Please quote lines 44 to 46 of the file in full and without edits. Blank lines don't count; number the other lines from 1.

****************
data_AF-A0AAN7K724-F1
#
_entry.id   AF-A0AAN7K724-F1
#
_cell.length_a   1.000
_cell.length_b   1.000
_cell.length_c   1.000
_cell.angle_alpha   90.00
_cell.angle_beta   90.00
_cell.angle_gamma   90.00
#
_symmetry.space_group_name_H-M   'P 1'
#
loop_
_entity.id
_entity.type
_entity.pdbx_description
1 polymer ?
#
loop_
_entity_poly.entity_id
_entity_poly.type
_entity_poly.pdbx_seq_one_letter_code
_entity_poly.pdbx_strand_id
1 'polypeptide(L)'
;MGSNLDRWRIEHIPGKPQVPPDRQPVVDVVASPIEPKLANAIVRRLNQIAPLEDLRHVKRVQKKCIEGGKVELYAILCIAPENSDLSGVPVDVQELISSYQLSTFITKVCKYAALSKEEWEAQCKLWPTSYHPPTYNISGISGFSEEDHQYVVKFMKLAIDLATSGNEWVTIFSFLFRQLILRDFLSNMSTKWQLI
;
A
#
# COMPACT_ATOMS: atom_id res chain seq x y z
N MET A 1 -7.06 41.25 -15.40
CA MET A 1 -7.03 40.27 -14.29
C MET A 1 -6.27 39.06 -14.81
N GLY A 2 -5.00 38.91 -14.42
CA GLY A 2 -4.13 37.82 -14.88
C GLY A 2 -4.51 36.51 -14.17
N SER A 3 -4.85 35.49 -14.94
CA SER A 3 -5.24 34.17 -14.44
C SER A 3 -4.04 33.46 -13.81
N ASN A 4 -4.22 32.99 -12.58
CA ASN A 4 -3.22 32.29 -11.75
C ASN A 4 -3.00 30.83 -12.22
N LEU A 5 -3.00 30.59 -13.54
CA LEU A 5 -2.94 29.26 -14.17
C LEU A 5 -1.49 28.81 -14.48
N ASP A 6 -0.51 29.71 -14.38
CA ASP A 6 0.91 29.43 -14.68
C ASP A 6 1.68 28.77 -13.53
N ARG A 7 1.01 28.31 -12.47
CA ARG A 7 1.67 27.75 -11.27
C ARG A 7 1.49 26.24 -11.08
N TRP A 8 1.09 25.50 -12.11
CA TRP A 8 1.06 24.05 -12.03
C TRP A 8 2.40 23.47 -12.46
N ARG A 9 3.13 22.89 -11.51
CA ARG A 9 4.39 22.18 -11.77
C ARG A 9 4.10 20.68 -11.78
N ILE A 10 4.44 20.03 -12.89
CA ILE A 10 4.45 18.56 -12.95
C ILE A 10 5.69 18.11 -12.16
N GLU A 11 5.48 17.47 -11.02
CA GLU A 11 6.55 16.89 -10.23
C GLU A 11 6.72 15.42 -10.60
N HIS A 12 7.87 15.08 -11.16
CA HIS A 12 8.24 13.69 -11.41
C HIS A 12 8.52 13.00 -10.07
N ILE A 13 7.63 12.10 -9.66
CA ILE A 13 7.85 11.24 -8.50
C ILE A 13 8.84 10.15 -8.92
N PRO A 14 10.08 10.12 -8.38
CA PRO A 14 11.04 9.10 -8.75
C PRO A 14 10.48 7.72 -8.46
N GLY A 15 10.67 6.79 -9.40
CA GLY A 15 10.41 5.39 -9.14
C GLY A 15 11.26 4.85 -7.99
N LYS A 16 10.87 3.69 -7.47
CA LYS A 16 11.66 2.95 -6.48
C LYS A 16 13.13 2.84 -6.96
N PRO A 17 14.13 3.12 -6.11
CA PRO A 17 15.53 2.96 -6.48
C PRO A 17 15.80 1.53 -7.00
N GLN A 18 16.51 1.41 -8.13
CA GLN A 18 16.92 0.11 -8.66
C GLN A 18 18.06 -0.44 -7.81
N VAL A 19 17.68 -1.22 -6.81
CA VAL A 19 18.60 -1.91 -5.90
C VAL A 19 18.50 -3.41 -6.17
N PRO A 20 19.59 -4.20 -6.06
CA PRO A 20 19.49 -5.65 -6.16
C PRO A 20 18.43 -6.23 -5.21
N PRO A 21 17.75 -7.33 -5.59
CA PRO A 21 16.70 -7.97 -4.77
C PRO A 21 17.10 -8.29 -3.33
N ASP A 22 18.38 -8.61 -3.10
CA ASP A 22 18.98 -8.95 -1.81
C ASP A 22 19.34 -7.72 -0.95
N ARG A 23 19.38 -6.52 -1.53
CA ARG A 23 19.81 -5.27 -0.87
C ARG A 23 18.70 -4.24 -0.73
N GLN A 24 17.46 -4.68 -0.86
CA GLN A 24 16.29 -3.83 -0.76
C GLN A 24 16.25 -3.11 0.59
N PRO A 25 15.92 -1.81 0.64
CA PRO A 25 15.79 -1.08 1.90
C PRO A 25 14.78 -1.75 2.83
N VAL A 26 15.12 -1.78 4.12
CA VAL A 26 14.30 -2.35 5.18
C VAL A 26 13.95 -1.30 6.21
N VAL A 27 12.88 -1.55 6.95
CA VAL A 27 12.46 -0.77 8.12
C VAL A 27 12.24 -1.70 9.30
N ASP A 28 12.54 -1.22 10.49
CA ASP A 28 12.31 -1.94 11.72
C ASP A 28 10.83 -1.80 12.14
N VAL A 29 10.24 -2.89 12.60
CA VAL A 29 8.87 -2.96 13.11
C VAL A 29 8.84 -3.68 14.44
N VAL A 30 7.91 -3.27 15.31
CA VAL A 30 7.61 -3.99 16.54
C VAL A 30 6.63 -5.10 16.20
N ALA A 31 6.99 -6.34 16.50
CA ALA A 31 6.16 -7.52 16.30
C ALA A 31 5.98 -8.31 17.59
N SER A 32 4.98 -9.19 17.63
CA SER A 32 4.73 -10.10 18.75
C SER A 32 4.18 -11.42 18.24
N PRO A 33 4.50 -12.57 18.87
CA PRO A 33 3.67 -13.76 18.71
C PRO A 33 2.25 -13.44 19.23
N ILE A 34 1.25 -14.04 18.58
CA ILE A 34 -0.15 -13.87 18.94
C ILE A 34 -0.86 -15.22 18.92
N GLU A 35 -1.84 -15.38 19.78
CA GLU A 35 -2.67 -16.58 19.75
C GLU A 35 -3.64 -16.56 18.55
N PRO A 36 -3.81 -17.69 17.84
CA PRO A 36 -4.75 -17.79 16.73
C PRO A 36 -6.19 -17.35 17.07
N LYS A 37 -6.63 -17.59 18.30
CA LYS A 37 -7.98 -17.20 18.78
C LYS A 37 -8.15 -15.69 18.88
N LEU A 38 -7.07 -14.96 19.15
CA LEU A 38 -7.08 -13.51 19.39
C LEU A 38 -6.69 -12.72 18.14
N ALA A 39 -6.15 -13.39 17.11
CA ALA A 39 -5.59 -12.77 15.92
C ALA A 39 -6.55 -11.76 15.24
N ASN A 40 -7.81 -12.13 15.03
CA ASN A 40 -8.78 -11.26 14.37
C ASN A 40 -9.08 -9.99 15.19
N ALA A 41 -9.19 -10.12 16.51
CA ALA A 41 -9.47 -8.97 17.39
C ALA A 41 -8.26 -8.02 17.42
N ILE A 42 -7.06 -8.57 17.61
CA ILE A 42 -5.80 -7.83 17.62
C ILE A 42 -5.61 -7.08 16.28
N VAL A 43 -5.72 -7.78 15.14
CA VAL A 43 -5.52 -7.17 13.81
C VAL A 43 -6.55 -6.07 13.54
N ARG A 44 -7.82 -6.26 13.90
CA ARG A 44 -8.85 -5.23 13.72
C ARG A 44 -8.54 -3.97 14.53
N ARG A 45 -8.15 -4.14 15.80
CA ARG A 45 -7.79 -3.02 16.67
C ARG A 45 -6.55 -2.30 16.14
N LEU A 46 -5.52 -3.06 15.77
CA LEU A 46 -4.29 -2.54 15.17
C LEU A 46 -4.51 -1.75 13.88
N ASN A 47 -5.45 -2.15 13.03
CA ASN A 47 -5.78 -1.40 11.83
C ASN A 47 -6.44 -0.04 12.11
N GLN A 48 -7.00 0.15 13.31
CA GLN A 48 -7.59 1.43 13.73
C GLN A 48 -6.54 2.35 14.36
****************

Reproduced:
CA LEU A 5 -2.94 29.26 -14.17
C LEU A 5 -1.49 28.81 -14.48
N ASP A 6 -0.51 29.71 -14.38